Photos courtesy of

Photos courtesy of

Thanksgiving is one of the best occasions to open your home to guests and bring out your finest silver and china. At the same time, Thanksgiving also requires that you bring your best manners to the table as well.

While in college, it is likely that you will not always make it home for the holidays, and I am here to provide some tips on how to be a great guest on Thanksgiving.

Upon receiving an invitation to a Thanksgiving meal, graciously accept and ask the hostess if there is anything you can bring. If the hostess says no, a bottle of wine or a box of chocolates will suffice. The last thing that you would want to do would be bringing something that was not asked for.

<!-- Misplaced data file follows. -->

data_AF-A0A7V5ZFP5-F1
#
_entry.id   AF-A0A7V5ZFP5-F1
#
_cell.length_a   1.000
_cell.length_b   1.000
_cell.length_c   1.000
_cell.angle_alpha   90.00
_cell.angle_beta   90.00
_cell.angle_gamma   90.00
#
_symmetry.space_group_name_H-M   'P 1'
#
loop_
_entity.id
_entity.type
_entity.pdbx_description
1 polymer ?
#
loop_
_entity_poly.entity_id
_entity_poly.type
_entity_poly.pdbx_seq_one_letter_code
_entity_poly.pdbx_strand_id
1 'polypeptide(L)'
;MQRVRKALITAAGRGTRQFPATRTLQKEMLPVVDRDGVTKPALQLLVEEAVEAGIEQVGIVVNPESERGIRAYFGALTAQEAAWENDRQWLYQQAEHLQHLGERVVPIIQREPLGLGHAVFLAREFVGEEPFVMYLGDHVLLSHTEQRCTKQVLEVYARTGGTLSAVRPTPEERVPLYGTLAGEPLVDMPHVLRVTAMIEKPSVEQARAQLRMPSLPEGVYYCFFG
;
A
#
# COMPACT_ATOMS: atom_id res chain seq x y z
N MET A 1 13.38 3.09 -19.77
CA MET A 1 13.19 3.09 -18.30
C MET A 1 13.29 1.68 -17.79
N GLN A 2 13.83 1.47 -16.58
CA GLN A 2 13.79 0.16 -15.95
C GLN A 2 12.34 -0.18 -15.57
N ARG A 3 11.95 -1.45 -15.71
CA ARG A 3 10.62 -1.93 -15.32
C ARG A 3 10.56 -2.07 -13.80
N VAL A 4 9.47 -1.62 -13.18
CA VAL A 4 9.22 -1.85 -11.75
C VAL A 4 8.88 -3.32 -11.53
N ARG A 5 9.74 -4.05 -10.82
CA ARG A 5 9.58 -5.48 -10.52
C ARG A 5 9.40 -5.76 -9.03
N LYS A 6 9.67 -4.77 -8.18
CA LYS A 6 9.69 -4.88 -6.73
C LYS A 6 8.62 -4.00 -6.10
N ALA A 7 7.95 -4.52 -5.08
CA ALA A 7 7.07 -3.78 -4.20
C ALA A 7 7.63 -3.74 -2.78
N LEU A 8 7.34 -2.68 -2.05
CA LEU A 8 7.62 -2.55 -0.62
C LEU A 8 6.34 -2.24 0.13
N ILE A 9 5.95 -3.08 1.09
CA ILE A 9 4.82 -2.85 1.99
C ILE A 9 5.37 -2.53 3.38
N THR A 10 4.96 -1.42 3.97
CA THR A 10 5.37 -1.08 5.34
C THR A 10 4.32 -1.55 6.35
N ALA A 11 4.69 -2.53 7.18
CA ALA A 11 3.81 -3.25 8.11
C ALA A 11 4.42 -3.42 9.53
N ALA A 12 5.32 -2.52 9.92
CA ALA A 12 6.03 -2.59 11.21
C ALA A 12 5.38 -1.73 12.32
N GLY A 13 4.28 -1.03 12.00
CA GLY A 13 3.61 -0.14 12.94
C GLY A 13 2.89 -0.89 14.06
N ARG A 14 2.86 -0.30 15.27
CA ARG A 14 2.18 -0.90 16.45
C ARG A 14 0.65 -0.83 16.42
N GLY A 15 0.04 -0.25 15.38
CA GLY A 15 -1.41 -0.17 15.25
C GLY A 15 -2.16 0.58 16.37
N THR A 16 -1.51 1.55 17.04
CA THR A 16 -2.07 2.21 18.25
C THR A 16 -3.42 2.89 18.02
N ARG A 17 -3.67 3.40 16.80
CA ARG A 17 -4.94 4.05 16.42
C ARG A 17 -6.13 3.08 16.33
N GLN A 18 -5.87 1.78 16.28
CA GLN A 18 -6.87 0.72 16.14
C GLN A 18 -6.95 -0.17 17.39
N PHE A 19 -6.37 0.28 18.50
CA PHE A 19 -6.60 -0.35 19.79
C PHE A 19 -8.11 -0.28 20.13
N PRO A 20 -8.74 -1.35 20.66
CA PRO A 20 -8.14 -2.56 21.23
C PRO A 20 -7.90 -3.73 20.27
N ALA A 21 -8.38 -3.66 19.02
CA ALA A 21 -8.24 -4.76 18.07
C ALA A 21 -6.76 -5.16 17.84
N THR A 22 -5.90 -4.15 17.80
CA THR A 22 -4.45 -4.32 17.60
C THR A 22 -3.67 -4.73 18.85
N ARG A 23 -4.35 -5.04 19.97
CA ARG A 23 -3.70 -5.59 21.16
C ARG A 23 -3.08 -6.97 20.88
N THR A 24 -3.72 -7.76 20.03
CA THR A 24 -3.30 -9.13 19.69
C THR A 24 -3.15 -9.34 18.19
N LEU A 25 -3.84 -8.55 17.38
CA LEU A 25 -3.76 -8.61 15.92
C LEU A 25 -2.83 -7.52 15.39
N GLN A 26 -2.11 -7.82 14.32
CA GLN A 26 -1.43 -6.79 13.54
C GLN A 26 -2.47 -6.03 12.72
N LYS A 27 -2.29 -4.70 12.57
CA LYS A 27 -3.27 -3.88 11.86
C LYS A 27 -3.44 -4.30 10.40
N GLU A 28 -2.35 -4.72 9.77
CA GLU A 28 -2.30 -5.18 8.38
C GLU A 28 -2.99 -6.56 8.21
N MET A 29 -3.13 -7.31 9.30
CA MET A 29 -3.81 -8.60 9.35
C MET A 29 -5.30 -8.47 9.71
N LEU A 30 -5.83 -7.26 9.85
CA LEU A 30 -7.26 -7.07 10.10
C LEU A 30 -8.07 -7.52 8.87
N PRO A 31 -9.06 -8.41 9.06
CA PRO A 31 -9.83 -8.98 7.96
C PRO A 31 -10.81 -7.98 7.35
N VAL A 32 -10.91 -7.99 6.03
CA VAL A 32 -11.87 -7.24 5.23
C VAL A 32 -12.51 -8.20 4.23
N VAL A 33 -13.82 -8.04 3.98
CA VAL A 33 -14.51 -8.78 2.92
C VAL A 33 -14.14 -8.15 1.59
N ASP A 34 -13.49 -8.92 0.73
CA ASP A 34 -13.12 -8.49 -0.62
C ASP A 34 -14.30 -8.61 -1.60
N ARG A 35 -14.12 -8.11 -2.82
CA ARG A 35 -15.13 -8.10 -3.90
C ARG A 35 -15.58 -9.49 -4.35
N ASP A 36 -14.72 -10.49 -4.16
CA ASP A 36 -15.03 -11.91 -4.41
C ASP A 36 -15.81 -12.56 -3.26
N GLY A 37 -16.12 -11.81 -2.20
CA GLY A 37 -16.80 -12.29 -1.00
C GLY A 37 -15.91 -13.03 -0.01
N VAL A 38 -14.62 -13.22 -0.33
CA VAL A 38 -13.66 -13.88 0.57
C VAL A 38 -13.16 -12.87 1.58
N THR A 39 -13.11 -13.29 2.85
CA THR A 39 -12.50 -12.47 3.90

Your flowers that you picked up at the supermarket may mess up the hostess’ perfectly prepared flower arrangements. Your mother’s pumpkin pie may in fact trump the hostess’s pumpkin pie, but you do not want to cramp her style.

Once you are seated, remember to put your napkin in your lap. Survey your place setting and remember that you use your silverware from the outside in.

If you are the hostess, polishing your silverware is an absolute must!  Between courses, offer to help clear the table and at the end of the meal offer to help with the dishes.

In the true spirit of Thanksgiving, a Thanksgiving meal would not be complete without a thank-you note. Thank you notes are more than a small gesture, and are not a lost art. If someone was gracious enough to open their home to you, be sure to demonstrate proper appreciation.

Aunt Amy

Aunt Amy is named after one of the first female graduate students at Emory University. Aunt Amy attended Washington Seminary in Atlanta, and was in the same class as Margaret Mitchell, the author of “Gone with the Wind.” Aunt Amy grew up on her family plantation in Georgia.

– By Mary Hollis McGreevy